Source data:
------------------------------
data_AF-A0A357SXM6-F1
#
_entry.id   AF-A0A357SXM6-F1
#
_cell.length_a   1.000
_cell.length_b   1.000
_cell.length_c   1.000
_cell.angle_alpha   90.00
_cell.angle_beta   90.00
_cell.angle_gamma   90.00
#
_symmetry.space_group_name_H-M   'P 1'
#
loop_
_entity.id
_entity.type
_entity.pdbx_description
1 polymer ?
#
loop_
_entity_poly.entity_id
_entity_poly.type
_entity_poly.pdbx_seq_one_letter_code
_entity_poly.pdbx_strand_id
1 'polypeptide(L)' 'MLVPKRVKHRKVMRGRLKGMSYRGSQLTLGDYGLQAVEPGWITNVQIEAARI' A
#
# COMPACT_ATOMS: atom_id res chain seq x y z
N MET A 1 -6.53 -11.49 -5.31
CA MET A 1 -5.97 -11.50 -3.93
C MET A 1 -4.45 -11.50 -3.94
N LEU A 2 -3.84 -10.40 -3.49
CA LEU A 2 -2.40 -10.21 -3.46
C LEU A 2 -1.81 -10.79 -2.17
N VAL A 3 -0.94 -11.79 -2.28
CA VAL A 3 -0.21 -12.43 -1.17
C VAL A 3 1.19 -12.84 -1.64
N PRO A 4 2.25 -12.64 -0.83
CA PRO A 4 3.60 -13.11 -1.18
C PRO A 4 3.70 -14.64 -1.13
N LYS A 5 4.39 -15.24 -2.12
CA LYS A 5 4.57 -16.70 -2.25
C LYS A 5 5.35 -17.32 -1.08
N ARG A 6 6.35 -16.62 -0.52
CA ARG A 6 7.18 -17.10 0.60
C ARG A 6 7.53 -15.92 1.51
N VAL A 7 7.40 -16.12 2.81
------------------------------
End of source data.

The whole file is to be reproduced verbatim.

data_AF-A0A357SXM6-F1
#
_entry.id   AF-A0A357SXM6-F1
#
_cell.length_a   1.000
_cell.length_b   1.000
_cell.length_c   1.000
_cell.angle_alpha   90.00
_cell.angle_beta   90.00
_cell.angle_gamma   90.00
#
_symmetry.space_group_name_H-M   'P 1'
#
loop_
_entity.id
_entity.type
_entity.pdbx_description
1 polymer ?
#
loop_
_entity_poly.entity_id
_entity_poly.type
_entity_poly.pdbx_seq_one_letter_code
_entity_poly.pdbx_strand_id
1 'polypeptide(L)' 'MLVPKRVKHRKVMRGRLKGMSYRGSQLTLGDYGLQAVEPGWITNVQIEAARI' A
#
# COMPACT_ATOMS: atom_id res chain seq x y z
N MET A 1 -6.53 -11.49 -5.31
CA MET A 1 -5.97 -11.50 -3.93
C MET A 1 -4.45 -11.50 -3.94
N LEU A 2 -3.84 -10.40 -3.49
CA LEU A 2 -2.40 -10.21 -3.46
C LEU A 2 -1.81 -10.79 -2.17
N VAL A 3 -0.94 -11.79 -2.28
CA VAL A 3 -0.21 -12.43 -1.17
C VAL A 3 1.19 -12.84 -1.64
N PRO A 4 2.25 -12.64 -0.83
CA PRO A 4 3.60 -13.11 -1.18
C PRO A 4 3.70 -14.64 -1.13
N LYS A 5 4.39 -15.24 -2.12
CA LYS A 5 4.57 -16.70 -2.25
C LYS A 5 5.35 -17.32 -1.08
N ARG A 6 6.35 -16.62 -0.52
CA ARG A 6 7.18 -17.10 0.60
C ARG A 6 7.53 -15.92 1.51
N VAL A 7 7.40 -16.12 2.81